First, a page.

Flying the flag for Global Britain How valuable is CPTPP for the UK really?
The UK has acceded to the second and final phase of accession to the Comprehensive and Progressive Trans-Pacific Partnership (CPTPP).
This is a free trading bloc of 11 countries in the Indo-Pacific region: Australia, Brunei, Canada, Chile, Japan, Malaysia, Mexico, New Zealand, Peru, Singapore and Vietnam. The UK first expressed interest in CPTPP in 2020, and membership of the group has been an important part of the government’s post-Brexit reorientation vision.
The Indo-Pacific is hailed as an area of dynamic emerging economies, where exponential growth will occur over the next decade, and where 65% of the world’s middle-class consumers are expected to live by 2030. This environment will be very attractive to UK businesses. But how beneficial would CPTPP be to our country, or is the move just another notch in our belt?
What the data says
CPTPP member countries have a combined population of 500 million and GDP of £9 trillion. For reference, although the EU is a similar size, with a GDP of £11 trillion, the value of our total trade to the EU is much higher, at £557 billion.1 CPTPP as an area makes up 7.8% of the UK’s total trade. In 2019, UK service suppliers exported £28.8 billion worth of services to CPTPP members, and average annual growth in trade between 2016-2019 with members was 8%. We already have bilateral Free Trade Agreements (FTAs) with seven of the eleven countries, and digital economy agreements with Singapore and Japan.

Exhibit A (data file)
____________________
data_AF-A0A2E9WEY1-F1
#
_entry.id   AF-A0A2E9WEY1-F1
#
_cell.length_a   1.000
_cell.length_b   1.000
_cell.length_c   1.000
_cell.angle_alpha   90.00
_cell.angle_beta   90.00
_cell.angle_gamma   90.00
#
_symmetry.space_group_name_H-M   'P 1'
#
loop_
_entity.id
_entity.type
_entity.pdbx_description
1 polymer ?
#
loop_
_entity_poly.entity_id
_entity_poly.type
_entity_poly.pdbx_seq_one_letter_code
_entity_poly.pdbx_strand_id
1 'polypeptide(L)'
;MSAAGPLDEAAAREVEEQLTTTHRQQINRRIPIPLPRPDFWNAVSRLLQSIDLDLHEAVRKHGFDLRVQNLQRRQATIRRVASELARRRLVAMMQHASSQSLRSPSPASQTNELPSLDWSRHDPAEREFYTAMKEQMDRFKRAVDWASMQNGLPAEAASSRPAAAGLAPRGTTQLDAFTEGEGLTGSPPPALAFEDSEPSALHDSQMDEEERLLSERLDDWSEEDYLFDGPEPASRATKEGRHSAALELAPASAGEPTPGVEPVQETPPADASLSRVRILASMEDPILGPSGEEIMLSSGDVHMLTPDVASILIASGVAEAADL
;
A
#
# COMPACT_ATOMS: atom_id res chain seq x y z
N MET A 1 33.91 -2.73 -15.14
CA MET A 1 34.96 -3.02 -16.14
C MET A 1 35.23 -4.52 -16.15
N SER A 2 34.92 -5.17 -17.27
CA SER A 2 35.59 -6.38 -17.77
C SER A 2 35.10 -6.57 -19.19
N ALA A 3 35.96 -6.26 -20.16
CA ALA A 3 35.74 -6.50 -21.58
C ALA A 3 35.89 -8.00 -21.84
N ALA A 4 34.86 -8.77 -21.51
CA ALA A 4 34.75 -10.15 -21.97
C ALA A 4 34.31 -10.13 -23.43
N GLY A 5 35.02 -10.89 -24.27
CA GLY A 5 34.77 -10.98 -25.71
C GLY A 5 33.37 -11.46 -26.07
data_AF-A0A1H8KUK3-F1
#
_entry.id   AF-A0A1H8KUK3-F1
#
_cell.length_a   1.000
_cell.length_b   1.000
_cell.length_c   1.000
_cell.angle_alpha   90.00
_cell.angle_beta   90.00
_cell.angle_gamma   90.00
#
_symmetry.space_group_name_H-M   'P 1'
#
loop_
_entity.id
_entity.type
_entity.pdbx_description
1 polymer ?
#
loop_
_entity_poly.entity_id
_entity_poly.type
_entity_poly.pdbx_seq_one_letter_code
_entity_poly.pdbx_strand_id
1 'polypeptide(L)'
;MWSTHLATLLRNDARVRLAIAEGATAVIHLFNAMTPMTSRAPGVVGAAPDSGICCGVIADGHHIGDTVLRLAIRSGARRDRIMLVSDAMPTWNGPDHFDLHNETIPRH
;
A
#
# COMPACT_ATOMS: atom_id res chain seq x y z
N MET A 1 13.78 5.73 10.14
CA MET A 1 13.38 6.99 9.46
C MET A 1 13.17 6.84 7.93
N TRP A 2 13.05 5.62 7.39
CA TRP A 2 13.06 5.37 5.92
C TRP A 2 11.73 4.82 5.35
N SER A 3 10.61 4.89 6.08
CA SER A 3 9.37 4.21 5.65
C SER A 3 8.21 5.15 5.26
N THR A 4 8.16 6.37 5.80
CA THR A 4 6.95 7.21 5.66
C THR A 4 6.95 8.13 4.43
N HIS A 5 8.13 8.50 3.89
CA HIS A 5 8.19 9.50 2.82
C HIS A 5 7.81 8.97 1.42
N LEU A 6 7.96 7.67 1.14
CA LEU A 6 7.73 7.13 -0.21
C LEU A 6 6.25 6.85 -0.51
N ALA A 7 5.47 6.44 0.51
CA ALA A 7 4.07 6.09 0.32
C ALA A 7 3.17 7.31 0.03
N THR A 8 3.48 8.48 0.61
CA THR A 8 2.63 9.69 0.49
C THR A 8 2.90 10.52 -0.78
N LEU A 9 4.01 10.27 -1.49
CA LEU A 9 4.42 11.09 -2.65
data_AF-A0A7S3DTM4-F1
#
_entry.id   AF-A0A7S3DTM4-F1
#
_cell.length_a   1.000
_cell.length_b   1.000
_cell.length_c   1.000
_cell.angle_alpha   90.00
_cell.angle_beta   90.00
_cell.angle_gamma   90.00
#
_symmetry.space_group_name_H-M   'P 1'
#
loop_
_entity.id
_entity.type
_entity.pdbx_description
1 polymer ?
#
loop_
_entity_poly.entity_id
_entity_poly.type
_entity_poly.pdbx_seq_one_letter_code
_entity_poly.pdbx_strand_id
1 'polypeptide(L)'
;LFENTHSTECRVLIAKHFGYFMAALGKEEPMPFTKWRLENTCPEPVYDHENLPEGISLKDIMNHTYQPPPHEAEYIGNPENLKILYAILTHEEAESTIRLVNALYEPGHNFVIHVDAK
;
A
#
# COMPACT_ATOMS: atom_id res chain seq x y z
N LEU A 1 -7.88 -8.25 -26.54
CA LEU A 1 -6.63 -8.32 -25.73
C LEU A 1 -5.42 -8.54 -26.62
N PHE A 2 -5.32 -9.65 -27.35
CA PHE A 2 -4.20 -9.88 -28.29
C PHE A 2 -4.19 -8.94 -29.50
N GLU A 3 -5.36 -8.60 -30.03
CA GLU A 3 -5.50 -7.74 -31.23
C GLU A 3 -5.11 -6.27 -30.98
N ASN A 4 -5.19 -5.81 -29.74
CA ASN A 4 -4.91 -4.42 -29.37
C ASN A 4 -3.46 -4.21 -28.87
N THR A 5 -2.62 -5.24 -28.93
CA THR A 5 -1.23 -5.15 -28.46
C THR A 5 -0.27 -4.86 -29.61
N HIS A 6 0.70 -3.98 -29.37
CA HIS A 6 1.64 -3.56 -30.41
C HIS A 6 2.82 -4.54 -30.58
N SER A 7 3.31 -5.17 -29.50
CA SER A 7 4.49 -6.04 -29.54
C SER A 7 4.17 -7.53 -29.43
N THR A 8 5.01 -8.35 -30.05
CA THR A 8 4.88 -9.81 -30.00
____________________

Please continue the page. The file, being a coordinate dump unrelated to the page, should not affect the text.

The Department for International Trade’s (DIT) economic modelling of our relationship with CPTPP cannot fully quantify the long-term gains, since the economies of the member states are so dynamic and primed for huge real time growth. But DIT projections suggest UK exports to CPTPP will increase to 65% by 2030, equating to a rise of £37 billion, and demand for UK imports is expected to rise by two thirds by 2030, to just under £4.5 trillion. As a result, accession to CPTPP could lead to an increase of £1.8 billion in UK GDP long term, and if the bloc continues to expand, it could cover over 19% of global GDP.
The benefits of CPTPP
Accession to CPTPP is a real opportunity to secure and strengthen relationships with markets set for huge expansion over the next few decades. The area will likely become very competitive, with many countries looking to form connections in the area, where there are growing numbers of consumers accumulating wealth. For example, according to PwC’s ‘The World in 2050’ report, Vietnam will experience the biggest growth in terms of GDP out of any other country in the world. The report also predicts that six of the top ten economies in 2050 will be today’s emerging markets, and six will be in the Indo-Pacific region.
CPTPP is an area committed to innovation, with modern rules on services trade. The provisions remove unnecessary barriers to service trade by opening financial markets and easing frictions to cross-border investment; facilitating the free flow of data while protecting GDPR; simplifying business mobility, and ensuring regulatory transparency. This will bolster the government’s mission to shape the UK into a global tech and services hub.